Wharfedale beekeepers aim to create buzz around craft

Wharfedale beekeepers aim to create buzz around craft

Beekeepers at work in Wharfedale

Club members capture a swarm

First published in News Wharfedale Observer: Photograph of the Author by , Reporter

Beekeepers in Wharfedale are keen to create a buzz around their craft following a poor honey crop in last year’s wet summer.

Wharfedale Beekeepers Association is holding a series of beginners classes in Skipton in March, to introduce more people to the craft – and explain the benefits of beekeeping to local gardeners and wildlife.

Near-continuous wet weather in 2012 made life particularly difficult for pollinating insects which are reliant on nectar for energy, says the association. In the case of several types of bee, pollen from flowers is also needed to feed larvae.

“Keepers of honeybees in the Wharfedale area had a particularly poor time of it last season,” said Jill Campbell, of Wharfedale Beekeepers Association.

“Wild flowers had the nectar continuously washed out of them and there was little or no honey crop. However, by intervention feeding, we managed to keep our hives going.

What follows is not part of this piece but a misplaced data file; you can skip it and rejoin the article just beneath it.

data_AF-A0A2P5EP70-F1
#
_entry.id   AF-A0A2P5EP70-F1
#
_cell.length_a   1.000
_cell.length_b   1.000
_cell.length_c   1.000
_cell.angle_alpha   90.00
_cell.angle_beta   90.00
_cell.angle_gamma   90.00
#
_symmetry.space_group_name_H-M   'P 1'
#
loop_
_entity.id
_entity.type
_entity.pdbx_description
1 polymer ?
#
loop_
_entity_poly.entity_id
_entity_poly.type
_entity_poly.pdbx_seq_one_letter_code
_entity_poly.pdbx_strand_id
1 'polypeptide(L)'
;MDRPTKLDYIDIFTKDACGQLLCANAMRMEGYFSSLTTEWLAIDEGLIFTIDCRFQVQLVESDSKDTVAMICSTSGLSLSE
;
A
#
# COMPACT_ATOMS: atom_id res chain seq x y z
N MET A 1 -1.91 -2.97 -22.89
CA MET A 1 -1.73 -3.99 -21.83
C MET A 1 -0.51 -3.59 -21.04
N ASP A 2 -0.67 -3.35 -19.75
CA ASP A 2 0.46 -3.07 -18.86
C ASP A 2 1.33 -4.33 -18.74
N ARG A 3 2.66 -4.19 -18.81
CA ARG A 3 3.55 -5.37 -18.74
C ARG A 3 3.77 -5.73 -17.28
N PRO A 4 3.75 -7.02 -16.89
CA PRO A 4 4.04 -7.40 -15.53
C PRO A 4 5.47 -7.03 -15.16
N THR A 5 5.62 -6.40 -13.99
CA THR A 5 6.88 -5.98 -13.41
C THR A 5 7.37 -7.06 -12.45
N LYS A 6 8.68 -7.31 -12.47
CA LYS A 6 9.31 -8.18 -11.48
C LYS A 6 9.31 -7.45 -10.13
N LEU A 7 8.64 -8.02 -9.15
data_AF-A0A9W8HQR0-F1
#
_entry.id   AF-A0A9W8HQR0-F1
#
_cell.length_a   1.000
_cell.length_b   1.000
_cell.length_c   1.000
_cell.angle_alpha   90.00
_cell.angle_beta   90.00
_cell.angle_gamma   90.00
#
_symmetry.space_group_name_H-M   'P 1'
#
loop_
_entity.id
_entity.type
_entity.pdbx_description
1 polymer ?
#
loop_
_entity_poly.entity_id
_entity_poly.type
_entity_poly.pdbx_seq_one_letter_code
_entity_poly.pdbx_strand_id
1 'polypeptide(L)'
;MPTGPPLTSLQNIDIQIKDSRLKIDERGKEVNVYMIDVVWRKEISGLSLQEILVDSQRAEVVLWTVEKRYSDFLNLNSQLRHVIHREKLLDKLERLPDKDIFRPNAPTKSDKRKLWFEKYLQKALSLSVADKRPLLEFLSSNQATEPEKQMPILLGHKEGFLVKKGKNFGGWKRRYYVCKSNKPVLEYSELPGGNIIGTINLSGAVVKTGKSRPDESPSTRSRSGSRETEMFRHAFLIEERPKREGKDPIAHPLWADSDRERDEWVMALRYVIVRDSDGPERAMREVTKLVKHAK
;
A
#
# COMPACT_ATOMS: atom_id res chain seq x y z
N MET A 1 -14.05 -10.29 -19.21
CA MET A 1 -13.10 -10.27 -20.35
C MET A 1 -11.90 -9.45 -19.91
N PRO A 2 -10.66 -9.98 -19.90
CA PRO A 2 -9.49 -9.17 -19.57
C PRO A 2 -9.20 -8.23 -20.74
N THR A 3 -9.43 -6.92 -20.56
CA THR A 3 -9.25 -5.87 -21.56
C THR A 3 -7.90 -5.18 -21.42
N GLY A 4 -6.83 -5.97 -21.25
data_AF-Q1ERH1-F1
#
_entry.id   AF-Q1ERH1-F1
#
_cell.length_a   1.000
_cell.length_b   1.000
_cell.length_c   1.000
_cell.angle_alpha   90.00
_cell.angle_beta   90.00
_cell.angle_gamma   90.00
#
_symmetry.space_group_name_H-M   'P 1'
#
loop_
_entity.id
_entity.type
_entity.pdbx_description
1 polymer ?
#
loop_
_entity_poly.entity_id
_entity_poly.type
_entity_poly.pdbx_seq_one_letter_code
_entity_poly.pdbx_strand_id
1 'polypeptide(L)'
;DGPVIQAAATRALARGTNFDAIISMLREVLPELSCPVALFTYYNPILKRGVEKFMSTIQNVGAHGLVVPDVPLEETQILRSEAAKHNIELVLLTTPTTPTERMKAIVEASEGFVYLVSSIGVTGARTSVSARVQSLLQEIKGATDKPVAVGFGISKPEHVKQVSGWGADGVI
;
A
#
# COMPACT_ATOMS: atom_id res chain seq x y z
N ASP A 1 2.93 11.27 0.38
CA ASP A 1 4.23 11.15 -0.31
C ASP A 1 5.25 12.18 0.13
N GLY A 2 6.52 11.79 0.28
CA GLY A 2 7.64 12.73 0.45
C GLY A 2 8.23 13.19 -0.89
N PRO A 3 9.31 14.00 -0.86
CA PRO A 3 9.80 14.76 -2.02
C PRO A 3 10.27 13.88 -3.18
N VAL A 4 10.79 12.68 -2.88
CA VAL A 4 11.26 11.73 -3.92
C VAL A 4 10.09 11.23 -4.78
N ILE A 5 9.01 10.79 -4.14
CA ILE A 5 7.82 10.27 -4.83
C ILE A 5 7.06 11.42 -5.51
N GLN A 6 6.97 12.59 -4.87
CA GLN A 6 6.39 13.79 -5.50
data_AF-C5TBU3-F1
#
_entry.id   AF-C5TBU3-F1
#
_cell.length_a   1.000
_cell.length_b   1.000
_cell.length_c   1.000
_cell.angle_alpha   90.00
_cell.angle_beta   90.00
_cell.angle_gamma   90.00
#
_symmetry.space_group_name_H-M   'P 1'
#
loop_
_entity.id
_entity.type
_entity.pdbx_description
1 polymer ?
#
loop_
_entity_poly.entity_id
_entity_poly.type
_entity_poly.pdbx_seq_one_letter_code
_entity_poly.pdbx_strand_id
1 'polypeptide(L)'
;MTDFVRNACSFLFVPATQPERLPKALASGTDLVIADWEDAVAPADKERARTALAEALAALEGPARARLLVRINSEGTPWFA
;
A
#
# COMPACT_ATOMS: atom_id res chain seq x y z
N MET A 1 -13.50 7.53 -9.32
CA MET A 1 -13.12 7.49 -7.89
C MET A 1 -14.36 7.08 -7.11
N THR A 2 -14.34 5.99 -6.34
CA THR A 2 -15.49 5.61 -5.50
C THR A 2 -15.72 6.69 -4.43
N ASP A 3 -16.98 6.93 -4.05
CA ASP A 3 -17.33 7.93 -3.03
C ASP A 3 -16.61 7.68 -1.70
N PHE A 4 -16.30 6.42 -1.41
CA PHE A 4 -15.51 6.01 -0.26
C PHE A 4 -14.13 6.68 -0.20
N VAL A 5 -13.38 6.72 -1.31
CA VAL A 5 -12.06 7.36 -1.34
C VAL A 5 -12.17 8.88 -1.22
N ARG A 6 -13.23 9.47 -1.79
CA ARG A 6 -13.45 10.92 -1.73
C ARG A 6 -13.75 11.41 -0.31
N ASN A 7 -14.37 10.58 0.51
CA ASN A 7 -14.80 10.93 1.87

“Hopefully, most colonies should survive the winter. Honeybees are, of course, major pollinators and, given enough coverage over the land, could fill the gaps left by diminished numbers of other bees and butterflies. It follows that the environment needs more beekeepers in more places if gardeners are to maximise their fruit crops and the birds are to have berries to winter on.”

She added that beekeeping is a fascinating and rewarding craft, yielding honey for most years and giving “an untold benefit” to the world at large by offering a free pollination service.

The hibernating bees, such as the bumblebee, rely on late nectar to build up their fat body so that the queens can survive the winter in isolation.

Last year they had little chance to forage and there is concern for the wellbeing of those which survived the summer and mated.

Local beekeepers fear the small population will take years of good summers to build up to the numbers needed to pollinate all wild flowers, shrubs and trees that provide winter food for wild birds.

The series of beginners’ classes will take place in early March. Six evening classes condensed into a three-week period – plus some practical tuition in the summer – will provide students with sufficient information for them, with the help of more experienced members, to keep a small (nucleus) hive in late summer which will build up and multiply in subsequent years.

Contact Jill Campbell on (01274) 569238 or e-mail smithchristopher41@sky.com for further details.


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